Yep! We women just lurve to talk. There’s no denying it and who the heck would want to anyway.
Whereas for men, talking is usually a means to an end, conversation is the way many women connect emotionally with their partners. It’s a way they can express their deepest feelings and inner emotions – maybe that’s why we love it so much and do it SO often.
Needless to say – but I’ll say it anyway – it’s an important care instruction on many “care labels” which is why it’s a biggie to follow it if you want to keep your relationship healthy.
Conversational skills are life skills that we really need to learn if we’re gonna fly in many areas of our lives. Some people seem natural-born conversationalists – content to yack away and always at the ready with some interesting snippet or a question that opens up the stage for their conversation partner to shine. Most however, find it a little tougher – with more than a few read to bulk and flee at the very idea of “small talk”.
If you’re the latter, don’t fret! The bottom line is that there are a few tricks you can slip up your sleeve to pep your conversational skills up to a level that will satisfy the most demanding partner’s “care label”.
If you’ve got out of the habit of really talking to each other – and we’re not talking “pass the salt” here – try a few of these:
- Start off by listening. A lot of the time, the art of being a good conversationalist is not actually to talk – it’s to shut up and listen. Listen to what is being said. Pick up on something your partner is saying that is clearly of interest to them. Ask them a question or two about that very thing. Then stand back and let them chatter. You still need to actively listen. Look at them. Provide feedback where appropriate. But mostly you just need to listen.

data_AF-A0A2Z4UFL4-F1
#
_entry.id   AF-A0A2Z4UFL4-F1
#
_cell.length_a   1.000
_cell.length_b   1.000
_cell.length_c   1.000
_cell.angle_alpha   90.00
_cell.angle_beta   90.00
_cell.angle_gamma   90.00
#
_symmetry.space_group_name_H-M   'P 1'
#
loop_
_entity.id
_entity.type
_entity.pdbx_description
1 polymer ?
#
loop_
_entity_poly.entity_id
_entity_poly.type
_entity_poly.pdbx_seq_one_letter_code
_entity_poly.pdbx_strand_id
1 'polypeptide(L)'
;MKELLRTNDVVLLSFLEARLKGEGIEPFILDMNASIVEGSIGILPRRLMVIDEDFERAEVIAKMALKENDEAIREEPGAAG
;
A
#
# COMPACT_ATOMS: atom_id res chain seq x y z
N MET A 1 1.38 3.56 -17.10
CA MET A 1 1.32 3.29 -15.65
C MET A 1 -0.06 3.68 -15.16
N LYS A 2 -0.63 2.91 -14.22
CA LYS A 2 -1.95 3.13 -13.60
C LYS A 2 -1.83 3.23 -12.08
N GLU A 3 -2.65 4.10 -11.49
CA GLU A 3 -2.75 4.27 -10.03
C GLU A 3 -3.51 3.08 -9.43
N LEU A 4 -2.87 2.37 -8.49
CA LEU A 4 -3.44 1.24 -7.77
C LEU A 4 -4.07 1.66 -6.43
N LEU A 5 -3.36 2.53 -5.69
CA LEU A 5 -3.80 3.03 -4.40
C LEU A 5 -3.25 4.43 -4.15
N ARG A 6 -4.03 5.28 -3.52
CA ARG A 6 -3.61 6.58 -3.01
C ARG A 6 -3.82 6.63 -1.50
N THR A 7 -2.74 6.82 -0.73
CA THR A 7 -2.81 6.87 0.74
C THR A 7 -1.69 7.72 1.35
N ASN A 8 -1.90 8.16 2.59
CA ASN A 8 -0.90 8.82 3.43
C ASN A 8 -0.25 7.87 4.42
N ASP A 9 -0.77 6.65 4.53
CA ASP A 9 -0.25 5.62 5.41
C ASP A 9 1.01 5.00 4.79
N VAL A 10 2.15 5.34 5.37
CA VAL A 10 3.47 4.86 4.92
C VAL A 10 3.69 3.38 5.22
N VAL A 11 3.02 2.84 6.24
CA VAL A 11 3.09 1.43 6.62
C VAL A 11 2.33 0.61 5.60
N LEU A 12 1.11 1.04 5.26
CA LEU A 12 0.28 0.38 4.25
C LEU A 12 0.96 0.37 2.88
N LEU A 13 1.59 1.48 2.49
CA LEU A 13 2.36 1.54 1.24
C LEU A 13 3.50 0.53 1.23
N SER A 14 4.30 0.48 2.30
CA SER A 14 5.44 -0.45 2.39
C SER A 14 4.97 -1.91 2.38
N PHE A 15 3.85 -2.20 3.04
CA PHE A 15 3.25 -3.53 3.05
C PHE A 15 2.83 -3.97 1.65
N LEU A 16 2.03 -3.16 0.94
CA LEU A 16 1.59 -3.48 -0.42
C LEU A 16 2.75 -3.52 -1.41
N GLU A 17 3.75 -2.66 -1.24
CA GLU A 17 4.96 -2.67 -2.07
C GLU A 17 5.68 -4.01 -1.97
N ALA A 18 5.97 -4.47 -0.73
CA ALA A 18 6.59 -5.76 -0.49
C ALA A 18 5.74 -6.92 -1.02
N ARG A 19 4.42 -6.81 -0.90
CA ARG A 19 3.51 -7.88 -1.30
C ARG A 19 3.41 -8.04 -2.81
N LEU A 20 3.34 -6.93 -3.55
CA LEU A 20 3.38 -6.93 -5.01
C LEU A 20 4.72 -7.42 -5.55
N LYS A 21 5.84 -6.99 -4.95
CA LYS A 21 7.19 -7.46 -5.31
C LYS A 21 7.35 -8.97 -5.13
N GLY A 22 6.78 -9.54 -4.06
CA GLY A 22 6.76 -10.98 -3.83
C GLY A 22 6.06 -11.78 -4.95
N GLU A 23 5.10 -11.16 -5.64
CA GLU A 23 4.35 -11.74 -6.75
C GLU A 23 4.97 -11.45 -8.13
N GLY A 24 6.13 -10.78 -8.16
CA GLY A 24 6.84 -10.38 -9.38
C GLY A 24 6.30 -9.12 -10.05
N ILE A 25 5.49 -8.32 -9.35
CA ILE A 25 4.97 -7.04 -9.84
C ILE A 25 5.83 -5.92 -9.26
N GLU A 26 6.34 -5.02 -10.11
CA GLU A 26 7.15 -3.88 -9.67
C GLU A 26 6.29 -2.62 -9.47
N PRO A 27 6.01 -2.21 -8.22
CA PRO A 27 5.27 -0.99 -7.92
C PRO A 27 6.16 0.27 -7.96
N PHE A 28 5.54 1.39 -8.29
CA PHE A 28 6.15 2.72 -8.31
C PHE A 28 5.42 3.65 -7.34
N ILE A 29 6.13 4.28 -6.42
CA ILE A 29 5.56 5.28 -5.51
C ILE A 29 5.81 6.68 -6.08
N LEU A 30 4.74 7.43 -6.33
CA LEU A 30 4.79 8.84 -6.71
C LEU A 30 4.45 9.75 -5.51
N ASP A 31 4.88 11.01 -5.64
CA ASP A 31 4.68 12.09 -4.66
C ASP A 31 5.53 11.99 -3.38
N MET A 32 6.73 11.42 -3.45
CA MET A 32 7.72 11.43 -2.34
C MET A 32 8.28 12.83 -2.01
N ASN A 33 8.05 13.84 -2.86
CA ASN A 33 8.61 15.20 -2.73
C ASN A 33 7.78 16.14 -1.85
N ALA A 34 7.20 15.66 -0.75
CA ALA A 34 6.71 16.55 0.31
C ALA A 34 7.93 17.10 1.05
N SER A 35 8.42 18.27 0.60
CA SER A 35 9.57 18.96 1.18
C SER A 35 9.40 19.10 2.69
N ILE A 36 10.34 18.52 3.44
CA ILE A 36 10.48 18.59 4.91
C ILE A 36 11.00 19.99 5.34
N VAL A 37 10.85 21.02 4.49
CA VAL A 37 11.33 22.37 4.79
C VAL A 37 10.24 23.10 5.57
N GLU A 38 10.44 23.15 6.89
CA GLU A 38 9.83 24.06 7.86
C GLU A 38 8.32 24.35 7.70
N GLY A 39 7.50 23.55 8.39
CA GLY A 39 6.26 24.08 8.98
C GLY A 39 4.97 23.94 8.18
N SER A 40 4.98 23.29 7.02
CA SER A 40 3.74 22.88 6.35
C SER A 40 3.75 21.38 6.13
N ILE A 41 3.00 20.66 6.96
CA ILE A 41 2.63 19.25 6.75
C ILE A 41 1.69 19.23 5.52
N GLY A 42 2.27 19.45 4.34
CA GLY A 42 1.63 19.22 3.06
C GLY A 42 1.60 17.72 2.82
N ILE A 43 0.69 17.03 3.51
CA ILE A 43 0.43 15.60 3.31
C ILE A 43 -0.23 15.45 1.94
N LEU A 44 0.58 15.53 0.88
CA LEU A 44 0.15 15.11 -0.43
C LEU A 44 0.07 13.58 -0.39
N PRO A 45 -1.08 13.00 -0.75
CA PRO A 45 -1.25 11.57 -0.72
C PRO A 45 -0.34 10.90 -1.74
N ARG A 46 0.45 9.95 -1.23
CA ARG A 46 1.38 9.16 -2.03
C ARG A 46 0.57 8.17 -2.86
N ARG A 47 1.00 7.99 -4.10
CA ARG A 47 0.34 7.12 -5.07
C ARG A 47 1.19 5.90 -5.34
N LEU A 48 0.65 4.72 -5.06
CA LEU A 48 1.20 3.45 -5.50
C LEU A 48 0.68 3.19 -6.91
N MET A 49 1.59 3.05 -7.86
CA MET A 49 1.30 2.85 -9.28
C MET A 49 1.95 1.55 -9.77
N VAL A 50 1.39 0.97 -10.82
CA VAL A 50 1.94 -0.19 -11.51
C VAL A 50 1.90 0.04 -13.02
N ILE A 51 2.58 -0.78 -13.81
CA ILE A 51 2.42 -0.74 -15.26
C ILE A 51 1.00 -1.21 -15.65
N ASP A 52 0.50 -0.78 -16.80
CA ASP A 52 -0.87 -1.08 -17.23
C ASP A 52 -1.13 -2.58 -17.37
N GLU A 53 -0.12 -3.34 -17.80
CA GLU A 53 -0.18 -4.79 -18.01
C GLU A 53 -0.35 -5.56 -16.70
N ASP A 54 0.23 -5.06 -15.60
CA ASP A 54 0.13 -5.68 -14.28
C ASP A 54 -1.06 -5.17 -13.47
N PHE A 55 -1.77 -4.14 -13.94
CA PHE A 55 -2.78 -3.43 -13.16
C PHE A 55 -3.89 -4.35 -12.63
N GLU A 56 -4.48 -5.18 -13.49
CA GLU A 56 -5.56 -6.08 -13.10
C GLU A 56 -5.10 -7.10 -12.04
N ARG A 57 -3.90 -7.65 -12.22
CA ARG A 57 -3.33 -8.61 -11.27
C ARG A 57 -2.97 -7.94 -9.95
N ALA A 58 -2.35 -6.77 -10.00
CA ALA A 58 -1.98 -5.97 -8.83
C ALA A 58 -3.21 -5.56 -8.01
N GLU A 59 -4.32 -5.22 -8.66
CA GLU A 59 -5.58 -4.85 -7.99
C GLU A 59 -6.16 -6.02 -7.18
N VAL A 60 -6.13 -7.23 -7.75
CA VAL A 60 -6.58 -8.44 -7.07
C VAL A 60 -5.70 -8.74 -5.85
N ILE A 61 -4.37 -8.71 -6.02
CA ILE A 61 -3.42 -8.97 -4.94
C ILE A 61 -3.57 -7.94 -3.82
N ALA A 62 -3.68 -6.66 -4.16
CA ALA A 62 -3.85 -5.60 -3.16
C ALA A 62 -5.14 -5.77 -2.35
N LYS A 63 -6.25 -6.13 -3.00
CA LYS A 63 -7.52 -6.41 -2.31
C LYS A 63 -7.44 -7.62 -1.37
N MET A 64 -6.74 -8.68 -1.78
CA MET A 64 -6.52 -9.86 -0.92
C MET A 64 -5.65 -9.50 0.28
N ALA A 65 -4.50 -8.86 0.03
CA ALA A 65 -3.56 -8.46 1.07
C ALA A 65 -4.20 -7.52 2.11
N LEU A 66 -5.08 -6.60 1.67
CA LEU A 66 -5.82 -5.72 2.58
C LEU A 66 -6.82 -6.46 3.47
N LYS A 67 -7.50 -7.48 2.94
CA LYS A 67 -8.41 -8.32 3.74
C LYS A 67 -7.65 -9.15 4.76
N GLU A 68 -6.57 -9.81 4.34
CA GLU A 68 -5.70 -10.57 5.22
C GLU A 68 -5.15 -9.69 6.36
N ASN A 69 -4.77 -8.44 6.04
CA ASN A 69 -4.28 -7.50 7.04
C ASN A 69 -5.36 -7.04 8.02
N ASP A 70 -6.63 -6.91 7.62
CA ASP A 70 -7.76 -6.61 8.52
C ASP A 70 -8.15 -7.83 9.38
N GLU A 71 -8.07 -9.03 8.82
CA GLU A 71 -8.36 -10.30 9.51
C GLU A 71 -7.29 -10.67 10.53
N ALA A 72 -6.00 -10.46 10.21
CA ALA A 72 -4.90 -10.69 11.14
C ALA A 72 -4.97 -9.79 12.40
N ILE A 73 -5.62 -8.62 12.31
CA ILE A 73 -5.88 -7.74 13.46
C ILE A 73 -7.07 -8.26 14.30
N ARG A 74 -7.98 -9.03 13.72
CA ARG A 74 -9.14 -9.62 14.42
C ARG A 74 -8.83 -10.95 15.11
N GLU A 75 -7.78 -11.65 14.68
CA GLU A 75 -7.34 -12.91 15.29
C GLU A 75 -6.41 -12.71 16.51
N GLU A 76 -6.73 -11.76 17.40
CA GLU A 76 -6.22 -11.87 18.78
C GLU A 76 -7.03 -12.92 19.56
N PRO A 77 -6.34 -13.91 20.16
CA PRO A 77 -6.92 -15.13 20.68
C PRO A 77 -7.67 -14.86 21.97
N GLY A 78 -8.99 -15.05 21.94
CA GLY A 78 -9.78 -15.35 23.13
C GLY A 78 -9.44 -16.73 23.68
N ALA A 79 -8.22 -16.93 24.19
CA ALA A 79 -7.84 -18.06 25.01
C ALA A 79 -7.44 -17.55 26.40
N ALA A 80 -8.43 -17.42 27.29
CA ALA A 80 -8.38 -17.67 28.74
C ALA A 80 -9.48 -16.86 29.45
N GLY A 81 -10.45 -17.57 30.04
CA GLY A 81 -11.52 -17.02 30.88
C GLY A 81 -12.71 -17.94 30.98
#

- Think back to when you first started seeing each other. What interested you about each other when you spoke. Was it talking about a particular sport, like, dislike, celebrity, event, topic? Revive your interests in these things.
- If you’ve both discovered new interests, make the effort to find out more about each other’s favourite pastimes and hobbies.
- Get into the habit of spending quality time together where you actually talk to each other. It’s really easy at the end of a hard day to flop in front of the TV in silence or eat on the run. Make time to eat together at the table and talk about your day. Bathe together or simply switch off the TV, sit on the sofa with a glass of wine and talk.
- Make sure your attention is undivided while you’re talking. Your focus should be on each other.
- Don’t dwell on talking about problems, issues or difficulties. I’ll give these things do need discussing but not every minute of every day. They shouldn’t be the full extent of your conversation repartee.
- Always be respectful and mindful of how you say things – even if you don’t respect your partner’s opinion (and let’s face it that happens to just about all of us sometimes), you should remain respectful with your words and body language.
- Never say anything in anger. Take a time out and chill. Then carry on. My husband has a saying his father taught him and he, in turn, has brought to our relationship and is now passing on to our children “Never to do or SAY anything you think you would regret later”. It really is good advice.
- Aim for balance. It’s great to be a good listener, but it’s also important that you try and talk too – if you can!
- Be honest with each other. If you don’t like something, say so in a respectful way. Being honest about your hopes, fears, feelings and desires is the best way you and your partner can fulfil them or allay them.
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